Here's the question, though: is Urlacher a Bears legend in the eyes of fans? Before you answer this, remember what Urlacher had to say to the Bears fan base last year after a tough loss and chorus of boo birds:
"Two of the people I don't care about are fans and media...I don't care what they say. They don't know that they're talking about."
Something tells me Williams is going to be more welcome than we probably think--especially if he lays off the sauce.
Elvis Dumervil mulls Ravens' offer; Freeney, Abraham visit Broncos
The Ravens have delivered a contract offer to Dumervil, according to two NFL sources. However, the sources say the Broncos have offered slightly more money in the early portion of the deal.
The Broncos’ money has tightened because of a $4.89 million dead-money, salary-cap hit they absorbed while releasing Dumervil last week, so re-signing Dumervil likely would mean releasing a player or two off their roster.
This has to be a tough call for Elvis, whose recent Denver experience has been just brutal. First came the stunning home playoff loss to the very team that's now pursuing him, followed by a public demand from the Broncos and John Elway that he accept a pay reduction. Next, his now former agent bungles his reworked contract, and the Broncos have now reportedly offered him less than the two sides had agreed to last Friday.
Will he take what Mike Klis reports is a somewhat better offer to stick around, or has the taste grown so bitter that he just wants a fresh start? Impossible to know what Elvis is thinking, but our hope is he remains in orange and blue.
Maurice Clarett Joins Tiger Rugby
Maurice Clarett has joined the Tiger Rugby Olympic Development Program in Columbus, Ohio. “He’s committed to try to make Rio 2016,” said Tiger Rugby director Paul Holmes. “That’s Maurice’s plan.”...
“I think the big thing with Maurice is the maturity that’s beyond a lot of other guys, just because of the life experience he’s gone through, and I think he’s learned to look at the bigger picture in life,” added Holmes…
“He’s a very interesting story of redemption. He’s a guy who had the world at his feet and he chose the wrong path as a young man, and he’s now basically finding himself, and over the course of the past few years, trying to correct as many mistakes as possible, and that kind of led him to rugby. He says that money is the last thing on his mind. I truly believe him.”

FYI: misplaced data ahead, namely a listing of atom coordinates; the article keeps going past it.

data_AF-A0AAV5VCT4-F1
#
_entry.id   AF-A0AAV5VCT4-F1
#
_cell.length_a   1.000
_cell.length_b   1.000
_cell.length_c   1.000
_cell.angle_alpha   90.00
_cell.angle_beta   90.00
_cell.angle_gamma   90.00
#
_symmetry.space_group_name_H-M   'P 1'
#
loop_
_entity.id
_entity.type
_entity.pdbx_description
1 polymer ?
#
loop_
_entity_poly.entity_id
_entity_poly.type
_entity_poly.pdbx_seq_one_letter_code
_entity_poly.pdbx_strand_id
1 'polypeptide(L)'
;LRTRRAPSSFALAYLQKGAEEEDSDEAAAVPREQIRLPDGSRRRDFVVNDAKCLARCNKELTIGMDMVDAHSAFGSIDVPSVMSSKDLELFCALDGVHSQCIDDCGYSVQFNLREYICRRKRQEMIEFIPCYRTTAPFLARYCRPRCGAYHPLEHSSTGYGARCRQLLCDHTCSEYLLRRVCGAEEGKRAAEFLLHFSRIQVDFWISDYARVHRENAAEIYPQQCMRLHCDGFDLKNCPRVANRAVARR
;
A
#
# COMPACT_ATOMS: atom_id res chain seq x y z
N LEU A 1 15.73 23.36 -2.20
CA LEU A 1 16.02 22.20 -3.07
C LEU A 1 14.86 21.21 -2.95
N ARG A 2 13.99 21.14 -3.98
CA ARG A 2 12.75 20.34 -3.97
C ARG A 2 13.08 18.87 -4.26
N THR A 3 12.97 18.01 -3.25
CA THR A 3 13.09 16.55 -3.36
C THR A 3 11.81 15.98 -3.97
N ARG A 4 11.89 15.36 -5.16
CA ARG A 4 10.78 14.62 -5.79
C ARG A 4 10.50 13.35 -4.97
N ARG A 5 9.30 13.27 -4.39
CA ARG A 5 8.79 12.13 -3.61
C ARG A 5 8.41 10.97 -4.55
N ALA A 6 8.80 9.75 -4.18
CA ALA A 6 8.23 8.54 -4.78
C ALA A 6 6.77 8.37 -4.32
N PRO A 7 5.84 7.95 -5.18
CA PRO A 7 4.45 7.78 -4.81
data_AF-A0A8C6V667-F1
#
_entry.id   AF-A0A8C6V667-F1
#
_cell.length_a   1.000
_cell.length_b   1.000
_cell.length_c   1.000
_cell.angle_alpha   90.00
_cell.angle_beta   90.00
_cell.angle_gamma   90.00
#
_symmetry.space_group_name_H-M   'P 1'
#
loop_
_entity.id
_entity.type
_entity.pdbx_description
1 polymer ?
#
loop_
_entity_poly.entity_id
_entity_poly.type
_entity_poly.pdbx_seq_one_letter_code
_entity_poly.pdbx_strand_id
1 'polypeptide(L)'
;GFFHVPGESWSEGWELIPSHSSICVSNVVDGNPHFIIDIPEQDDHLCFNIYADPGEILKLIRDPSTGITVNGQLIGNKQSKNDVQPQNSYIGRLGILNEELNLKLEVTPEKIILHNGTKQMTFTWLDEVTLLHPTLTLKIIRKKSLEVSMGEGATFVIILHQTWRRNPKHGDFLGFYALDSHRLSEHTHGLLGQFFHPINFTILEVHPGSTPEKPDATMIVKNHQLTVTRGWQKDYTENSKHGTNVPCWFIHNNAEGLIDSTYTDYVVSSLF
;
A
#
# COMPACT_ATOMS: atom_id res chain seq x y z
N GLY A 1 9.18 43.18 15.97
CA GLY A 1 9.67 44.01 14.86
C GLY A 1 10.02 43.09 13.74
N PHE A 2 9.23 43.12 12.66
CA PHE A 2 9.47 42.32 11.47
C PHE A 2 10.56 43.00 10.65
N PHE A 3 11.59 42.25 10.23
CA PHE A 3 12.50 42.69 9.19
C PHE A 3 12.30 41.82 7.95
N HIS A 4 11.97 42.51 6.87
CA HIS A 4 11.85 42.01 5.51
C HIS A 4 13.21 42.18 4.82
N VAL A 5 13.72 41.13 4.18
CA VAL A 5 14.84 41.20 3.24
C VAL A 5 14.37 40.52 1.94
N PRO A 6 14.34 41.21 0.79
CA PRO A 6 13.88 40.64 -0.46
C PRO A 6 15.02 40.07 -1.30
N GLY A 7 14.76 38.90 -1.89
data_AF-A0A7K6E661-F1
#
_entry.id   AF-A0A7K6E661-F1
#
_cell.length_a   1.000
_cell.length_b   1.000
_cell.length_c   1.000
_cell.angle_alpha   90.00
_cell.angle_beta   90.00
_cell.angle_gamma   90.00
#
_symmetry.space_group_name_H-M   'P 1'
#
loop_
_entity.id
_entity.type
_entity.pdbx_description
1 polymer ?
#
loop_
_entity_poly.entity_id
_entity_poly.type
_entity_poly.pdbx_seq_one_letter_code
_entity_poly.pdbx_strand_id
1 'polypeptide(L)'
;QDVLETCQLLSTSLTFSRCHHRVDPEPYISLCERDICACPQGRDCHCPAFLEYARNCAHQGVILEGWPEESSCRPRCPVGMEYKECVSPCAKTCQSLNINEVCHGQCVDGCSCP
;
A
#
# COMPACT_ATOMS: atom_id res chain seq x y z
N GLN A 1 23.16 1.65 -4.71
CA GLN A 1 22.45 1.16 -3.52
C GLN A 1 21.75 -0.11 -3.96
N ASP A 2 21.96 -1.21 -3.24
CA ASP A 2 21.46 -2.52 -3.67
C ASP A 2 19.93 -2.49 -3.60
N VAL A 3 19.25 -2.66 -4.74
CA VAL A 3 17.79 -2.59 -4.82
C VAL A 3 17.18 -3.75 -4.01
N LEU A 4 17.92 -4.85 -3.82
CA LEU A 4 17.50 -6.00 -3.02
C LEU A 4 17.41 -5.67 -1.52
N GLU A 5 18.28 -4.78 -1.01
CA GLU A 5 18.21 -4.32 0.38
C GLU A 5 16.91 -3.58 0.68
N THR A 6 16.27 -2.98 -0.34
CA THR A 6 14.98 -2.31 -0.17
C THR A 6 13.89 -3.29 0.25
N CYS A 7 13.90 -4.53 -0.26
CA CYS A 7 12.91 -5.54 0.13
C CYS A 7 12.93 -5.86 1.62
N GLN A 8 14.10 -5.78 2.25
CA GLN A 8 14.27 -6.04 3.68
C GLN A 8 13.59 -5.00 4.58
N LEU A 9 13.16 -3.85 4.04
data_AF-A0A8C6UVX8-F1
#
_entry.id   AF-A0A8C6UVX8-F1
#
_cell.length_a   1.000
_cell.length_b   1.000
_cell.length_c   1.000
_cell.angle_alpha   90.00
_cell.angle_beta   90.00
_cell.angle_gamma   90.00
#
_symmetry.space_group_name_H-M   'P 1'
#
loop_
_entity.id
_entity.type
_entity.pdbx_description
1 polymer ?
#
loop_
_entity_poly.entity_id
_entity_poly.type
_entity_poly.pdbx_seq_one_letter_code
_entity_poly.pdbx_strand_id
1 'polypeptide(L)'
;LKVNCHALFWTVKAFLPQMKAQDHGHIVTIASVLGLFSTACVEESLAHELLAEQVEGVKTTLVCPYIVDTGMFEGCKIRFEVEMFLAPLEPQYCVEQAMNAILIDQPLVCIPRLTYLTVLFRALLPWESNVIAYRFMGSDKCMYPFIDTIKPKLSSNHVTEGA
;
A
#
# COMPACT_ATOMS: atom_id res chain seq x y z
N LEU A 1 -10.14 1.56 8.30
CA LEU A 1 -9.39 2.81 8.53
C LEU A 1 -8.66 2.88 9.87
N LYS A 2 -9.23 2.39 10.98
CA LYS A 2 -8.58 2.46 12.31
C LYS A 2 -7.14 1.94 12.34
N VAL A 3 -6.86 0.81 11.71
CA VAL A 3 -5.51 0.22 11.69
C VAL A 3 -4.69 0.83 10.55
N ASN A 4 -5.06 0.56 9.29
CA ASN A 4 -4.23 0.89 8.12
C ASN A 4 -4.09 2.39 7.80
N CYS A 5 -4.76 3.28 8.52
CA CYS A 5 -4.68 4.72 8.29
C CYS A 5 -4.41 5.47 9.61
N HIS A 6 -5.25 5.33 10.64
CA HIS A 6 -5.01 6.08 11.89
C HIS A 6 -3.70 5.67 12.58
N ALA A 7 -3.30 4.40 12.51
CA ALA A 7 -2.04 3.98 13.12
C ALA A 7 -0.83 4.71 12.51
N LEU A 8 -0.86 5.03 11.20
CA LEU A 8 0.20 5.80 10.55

Obviously, he's got a long way to go, but this would be an incredible story. We're pulling for you, Mo. (via LBS)
Bill in Congress challenges Redskins trademark
Faleomavaega is joined in his effort by nine lawmakers as original co-sponsors of the bill. They include Rep. Tom Cole, R-Okla., and Betty McCollum, D-Minn., the co-chairpersons of the Congressional Native American Caucus, and Rep. John Lewis, D-Ga., a civil rights icon.
Cole, a member of the Chickasaw Nation, is one of two Native Americans in the U.S. House. In January, he told Roll Call that redskin is “not a term of respect” and “needlessly offensive to a large part of our population.”
I'm usually not a fan of Congress getting involved in sports (especially with PEDs), but when it comes to removing a blatant racial slur from everyday life? That's worthwhile.
Five Great Free Agent Moves
I always assumed that Wes Welker would return to New England, figuring his value there was always likely to be higher than it would be outside of Foxboro, but a little part of me always wondered what Welker could do in Denver given the success of Brandon Stokley last season.
...Wes Welker for all his faults might be completely uncoverable running a certain route tree of underneath routes, and my mouth is watering at the prospect of the potential upgrade for Denver. Given the cost of the deal, this has the potential to take that offense to a different level, giving Manning a target he can guarantee will be open when he needs to pick up a short pass. Great move for both sides.
It's been suggested in some circles that Welker isn't that big an upgrade over Stokley, but that's likely only true relative to per-target efficiency. But Welker is five years younger, does not have the extensive concussion history Stokley does, and has been the league's most prolific slot receiver of all time. As Monson suggests, bringing in Welker is a perfect fit for Denver, and a no-brainer - especially given the price.
NFL owners eliminate ‘Tuck Rule’, approve all proposed rules changes
NFL owners approved all six of the rule changes proposed by the Competition Committee, votes that eliminated the “Tuck Rule” and the implementation of a rule making it illegal for ball-carriers and tacklers to lead with the crown of their helmets when both players are outside of the tackle box.
Other changes include a ban on peel-back blocks within the tackle box, an elimination of the replay rule that cost the Lions on Thanksgiving last year, and a way to make FG and XP tries safer.
Also, tight ends and H-backs may now wear uniforms numbered 40-49, although it's unclear whether there's an exception for the number 15.